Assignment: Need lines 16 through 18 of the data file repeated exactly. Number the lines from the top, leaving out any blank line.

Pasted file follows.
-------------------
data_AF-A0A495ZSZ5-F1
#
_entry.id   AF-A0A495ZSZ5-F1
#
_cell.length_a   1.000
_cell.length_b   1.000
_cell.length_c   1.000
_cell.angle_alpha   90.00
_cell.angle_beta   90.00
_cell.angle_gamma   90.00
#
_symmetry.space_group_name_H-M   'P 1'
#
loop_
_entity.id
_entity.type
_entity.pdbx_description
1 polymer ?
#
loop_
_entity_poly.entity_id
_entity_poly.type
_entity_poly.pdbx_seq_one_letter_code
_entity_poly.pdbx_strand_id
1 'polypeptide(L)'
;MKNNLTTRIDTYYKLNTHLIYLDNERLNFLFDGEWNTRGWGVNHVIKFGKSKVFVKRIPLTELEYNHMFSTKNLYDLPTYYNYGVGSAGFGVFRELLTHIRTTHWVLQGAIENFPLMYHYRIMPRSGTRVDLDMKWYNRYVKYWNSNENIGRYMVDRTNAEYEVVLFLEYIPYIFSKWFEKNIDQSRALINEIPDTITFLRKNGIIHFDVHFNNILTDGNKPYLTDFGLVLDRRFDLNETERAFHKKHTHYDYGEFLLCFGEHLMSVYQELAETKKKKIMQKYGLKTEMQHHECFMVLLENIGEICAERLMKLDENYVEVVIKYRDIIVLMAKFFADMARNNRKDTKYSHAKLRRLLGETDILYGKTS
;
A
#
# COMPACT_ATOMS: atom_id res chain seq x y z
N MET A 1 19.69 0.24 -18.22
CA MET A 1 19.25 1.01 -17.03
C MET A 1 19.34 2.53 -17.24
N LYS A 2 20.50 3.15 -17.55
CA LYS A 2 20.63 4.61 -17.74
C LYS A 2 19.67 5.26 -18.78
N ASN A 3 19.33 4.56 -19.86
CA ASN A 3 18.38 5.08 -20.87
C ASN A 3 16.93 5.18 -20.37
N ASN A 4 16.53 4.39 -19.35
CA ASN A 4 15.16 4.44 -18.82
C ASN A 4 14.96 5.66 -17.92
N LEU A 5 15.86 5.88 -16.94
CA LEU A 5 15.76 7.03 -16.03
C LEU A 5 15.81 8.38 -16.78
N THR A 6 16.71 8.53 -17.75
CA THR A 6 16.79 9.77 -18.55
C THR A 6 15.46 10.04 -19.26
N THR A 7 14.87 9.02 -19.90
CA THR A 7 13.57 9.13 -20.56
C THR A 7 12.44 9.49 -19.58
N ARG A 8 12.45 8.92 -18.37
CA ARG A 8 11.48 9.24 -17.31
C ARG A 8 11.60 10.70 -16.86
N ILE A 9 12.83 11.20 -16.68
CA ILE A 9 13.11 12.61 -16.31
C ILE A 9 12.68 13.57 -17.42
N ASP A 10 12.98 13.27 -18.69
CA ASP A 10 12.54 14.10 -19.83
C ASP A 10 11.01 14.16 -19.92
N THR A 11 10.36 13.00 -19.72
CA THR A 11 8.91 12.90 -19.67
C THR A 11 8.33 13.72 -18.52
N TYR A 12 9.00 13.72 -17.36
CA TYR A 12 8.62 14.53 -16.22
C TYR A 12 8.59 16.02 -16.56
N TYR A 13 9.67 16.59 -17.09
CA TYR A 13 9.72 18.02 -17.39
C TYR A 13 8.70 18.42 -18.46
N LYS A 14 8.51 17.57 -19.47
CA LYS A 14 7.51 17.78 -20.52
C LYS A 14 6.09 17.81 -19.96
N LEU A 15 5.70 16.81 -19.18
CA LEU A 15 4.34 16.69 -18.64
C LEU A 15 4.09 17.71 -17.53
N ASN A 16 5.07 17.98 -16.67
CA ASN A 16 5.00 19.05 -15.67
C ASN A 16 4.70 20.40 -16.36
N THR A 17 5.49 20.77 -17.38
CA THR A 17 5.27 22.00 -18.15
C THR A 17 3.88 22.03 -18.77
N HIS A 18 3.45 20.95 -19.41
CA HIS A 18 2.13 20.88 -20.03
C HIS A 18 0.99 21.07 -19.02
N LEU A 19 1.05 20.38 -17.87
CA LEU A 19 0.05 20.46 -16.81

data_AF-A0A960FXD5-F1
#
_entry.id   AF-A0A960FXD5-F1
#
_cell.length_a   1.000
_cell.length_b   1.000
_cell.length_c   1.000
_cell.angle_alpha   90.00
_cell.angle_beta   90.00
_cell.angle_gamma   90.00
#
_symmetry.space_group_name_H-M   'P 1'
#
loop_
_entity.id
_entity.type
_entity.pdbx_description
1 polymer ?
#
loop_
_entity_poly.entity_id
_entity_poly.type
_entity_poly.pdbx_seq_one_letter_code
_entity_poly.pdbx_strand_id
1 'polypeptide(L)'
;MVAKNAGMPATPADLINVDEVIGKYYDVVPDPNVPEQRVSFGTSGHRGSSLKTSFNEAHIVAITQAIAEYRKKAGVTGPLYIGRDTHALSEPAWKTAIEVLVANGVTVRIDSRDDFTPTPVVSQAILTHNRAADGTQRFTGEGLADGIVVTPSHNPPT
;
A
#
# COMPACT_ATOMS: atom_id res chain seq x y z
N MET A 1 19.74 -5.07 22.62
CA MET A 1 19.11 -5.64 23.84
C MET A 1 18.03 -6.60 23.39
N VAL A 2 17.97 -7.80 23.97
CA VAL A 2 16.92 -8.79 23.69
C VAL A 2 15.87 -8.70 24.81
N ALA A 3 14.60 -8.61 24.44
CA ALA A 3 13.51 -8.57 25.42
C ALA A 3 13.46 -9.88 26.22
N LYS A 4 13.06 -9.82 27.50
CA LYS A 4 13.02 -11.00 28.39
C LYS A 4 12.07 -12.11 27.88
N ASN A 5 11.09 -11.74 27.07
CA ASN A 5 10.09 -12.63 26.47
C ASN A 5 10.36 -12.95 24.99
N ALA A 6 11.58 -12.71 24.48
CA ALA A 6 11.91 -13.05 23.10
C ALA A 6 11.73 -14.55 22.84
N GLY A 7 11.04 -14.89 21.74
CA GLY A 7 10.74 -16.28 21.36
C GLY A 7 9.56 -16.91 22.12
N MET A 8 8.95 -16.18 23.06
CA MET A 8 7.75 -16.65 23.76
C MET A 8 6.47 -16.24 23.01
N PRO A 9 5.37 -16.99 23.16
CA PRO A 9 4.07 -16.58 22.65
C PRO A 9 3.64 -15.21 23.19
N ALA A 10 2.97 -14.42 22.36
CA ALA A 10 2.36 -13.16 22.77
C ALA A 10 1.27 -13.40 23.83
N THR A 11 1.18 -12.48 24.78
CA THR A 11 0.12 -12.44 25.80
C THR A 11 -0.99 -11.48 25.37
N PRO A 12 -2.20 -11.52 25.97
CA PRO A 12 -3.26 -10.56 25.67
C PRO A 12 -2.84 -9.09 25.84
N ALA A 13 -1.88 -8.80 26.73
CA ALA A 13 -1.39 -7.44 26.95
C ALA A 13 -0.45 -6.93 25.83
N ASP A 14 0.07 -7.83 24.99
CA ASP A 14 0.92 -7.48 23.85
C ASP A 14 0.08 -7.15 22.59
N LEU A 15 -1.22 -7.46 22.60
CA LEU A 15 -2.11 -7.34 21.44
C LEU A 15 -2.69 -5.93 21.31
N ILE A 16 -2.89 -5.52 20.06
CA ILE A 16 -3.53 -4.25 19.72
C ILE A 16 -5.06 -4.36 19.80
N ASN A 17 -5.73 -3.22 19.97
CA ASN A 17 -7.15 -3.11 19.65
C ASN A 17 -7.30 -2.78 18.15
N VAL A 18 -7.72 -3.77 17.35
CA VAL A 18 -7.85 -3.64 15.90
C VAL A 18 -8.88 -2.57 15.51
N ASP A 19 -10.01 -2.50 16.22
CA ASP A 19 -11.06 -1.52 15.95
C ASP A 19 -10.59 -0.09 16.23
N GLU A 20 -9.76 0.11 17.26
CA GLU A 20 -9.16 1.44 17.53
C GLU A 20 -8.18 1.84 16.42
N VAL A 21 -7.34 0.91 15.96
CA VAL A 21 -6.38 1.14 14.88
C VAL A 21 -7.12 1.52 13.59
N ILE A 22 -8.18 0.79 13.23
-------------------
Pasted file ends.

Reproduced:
_entity.type
_entity.pdbx_description
1 polymer ?